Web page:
Life is full of surprises and you’ll never know what will happen in the next minute. Even when you think you’re ready for all the possibilities, there’re still so many things you just can’t imagine. For example, a wolf inside your vehicle.
On Wednesday, Rando Kartsepp, Robin Sillamäe, and Erki Väli were all doing dredging work when they noticed what looked like a dog ᴛʀᴀᴘᴘᴇᴅ on the dam, swimming through the icy water of Parnu river. After clearing a path through the thin ice, they took the animal out of the water, wrapped it in a towel, and put it in a car to make him warm in below zero temperatures. “We had to carry him over the slope. He weighed a fair bit,” one of the workers said.
The dog was sleeping peacefully in the car, with its head resting on the man’s lap. According to him, it was calm and when Rando wanted to stretch his legs, it raised its head for a moment. The specialists later found out that the wild animal had low blood pressure at the moment, which might explain the docile behavior displayed.
They soon called the rescue service, after which they took this animal to the vet. It was a local hunter who eventually pointed out that the frozen animal was actually a wolf, not a friendly dog as was previously thought. He has also confirmed it to be male and around one year old. “At first he was so done in for, he didn’t resist at all,” veterinarian Tarvo Markson told the Postimees. “But once he started to get an idea of the situation, I felt things might quickly take a turn for the dangerous. We got him into a cᴀɢᴇ.”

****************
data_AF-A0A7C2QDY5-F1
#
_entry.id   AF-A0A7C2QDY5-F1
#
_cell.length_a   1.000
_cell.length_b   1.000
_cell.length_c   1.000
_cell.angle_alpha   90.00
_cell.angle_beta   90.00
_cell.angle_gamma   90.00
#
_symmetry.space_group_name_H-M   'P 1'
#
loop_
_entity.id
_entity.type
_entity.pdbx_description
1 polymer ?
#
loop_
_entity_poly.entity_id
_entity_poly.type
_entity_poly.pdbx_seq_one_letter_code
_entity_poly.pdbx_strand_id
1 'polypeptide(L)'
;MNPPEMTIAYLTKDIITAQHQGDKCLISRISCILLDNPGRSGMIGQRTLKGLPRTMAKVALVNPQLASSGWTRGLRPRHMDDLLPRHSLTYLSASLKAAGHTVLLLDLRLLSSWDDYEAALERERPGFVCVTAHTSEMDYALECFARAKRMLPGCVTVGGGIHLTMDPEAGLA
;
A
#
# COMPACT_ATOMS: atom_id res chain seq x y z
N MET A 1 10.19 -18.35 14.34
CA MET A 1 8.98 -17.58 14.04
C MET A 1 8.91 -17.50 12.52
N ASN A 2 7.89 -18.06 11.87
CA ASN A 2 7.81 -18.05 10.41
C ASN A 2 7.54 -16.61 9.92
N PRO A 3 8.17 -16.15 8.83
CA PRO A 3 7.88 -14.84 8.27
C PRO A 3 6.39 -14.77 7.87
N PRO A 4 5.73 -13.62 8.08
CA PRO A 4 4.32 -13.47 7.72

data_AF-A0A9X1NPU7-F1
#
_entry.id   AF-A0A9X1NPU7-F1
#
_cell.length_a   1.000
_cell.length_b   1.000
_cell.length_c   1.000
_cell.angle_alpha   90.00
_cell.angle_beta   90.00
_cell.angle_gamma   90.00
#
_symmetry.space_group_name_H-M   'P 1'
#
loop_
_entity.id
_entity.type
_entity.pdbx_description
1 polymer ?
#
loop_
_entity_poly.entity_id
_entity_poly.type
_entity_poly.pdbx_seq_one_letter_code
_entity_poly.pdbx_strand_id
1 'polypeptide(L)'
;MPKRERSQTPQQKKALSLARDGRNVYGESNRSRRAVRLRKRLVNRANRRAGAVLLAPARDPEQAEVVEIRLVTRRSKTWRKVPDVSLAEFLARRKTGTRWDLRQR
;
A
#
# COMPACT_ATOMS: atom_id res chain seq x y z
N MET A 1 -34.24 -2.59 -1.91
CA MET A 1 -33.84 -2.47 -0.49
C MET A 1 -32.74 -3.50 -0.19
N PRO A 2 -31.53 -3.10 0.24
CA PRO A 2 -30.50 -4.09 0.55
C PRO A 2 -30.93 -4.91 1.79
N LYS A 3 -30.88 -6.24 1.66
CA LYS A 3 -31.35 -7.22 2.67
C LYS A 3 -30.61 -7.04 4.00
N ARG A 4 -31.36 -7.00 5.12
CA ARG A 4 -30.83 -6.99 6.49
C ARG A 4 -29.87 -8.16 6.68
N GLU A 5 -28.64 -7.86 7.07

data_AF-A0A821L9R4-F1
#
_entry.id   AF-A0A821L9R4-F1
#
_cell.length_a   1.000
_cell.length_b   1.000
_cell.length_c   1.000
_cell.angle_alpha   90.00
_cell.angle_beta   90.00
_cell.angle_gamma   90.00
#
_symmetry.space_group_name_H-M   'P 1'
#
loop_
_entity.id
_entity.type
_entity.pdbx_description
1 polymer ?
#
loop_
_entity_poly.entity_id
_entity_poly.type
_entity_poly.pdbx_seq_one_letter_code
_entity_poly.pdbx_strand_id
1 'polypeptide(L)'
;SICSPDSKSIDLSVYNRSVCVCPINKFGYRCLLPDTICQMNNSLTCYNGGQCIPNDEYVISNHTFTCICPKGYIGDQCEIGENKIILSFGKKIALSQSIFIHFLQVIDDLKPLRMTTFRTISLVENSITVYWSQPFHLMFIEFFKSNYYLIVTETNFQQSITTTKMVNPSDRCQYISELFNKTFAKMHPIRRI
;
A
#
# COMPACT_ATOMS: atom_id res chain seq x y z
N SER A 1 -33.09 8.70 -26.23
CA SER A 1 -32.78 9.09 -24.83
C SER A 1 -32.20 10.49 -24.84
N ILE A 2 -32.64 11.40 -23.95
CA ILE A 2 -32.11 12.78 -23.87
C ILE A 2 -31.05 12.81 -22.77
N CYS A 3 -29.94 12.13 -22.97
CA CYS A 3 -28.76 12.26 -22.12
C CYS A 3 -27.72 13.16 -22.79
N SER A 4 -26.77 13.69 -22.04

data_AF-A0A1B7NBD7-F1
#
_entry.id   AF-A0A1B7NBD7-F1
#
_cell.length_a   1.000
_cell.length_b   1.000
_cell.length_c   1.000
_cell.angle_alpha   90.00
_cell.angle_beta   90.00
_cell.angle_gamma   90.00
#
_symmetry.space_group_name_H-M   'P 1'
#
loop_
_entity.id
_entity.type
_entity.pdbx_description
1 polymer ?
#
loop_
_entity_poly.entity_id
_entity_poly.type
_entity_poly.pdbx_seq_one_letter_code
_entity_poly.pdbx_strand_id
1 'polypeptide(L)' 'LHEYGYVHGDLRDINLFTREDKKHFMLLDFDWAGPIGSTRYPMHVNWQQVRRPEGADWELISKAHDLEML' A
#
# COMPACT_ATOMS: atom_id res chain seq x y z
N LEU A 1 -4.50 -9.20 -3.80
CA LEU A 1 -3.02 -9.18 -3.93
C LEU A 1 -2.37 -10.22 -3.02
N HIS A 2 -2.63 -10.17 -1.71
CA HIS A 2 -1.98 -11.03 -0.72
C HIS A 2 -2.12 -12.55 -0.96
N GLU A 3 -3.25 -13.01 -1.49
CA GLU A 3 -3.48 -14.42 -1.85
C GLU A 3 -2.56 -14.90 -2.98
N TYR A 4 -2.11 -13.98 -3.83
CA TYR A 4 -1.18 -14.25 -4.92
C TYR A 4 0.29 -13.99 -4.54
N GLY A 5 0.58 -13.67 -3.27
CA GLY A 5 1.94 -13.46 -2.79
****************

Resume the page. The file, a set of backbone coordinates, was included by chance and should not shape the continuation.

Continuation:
Soon after the animal was rescued, the Estonian Animal Protection Union took it to social network and posted: “When we got to the shore, the poor grey wolf was very exʜᴀᴜsᴛᴇᴅ, hʏᴘᴏᴛʜᴇʀᴍɪᴄ and frozen. Young men quickly ran into the car, brought a towel, and dried the beautiful animal. Then he took him to a warm car and called the animal protection Union. It was also a challenge for the union to think about what to do in the morning at 8 with a dog in [distress], who could also have been a wolf.”
Within a day, the wolf regained its strength and was released back into the wild. To ensure that the wolf would stay safe for a long time, the Estonian National Environmental Agency even equipped him with a GPS collar to trace his location.